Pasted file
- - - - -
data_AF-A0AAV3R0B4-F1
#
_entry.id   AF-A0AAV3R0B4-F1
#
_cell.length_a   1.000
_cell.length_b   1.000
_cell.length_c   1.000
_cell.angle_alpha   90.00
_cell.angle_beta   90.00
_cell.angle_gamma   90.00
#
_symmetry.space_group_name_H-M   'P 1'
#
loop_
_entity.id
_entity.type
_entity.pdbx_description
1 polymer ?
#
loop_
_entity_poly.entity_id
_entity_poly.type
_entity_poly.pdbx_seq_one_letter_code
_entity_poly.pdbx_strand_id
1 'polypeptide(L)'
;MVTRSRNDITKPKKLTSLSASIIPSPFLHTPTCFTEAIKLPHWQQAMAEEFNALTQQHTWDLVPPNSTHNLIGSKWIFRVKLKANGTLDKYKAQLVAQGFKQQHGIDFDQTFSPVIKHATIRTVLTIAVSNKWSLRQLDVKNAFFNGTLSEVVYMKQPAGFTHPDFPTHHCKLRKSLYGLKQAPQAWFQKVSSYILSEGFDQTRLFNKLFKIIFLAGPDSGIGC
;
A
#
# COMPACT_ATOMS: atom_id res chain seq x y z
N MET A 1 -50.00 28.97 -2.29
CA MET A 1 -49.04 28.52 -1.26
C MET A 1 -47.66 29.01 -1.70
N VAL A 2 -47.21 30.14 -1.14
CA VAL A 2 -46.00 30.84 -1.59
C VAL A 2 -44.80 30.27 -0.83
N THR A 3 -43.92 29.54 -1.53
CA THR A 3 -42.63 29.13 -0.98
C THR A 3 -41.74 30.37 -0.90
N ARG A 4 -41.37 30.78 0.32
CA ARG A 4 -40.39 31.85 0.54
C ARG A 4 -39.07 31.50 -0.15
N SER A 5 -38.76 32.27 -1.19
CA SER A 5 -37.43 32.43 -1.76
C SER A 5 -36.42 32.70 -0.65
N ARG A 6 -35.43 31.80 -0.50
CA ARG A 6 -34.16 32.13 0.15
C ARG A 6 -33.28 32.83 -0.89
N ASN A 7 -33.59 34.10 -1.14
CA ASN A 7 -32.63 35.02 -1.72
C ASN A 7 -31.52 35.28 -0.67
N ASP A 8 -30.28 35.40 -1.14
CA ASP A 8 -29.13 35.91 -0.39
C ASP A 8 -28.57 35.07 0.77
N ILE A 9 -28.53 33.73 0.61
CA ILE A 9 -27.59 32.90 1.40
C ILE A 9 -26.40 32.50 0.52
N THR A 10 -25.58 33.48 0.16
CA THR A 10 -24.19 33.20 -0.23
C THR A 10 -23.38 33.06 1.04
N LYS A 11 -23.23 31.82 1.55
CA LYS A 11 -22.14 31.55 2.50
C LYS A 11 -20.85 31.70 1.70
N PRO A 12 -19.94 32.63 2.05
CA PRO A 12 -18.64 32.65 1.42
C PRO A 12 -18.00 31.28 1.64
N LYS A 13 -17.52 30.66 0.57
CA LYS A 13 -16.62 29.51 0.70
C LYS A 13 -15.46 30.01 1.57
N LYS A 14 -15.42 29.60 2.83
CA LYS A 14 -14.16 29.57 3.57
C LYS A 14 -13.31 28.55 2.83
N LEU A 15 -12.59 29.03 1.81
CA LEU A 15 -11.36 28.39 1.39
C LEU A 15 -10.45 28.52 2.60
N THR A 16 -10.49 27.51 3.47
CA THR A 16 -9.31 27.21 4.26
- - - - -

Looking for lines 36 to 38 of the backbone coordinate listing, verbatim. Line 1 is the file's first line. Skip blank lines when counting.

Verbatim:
C VAL A 2 -44.80 30.27 -0.83
N THR A 3 -43.92 29.54 -1.53
CA THR A 3 -42.63 29.13 -0.98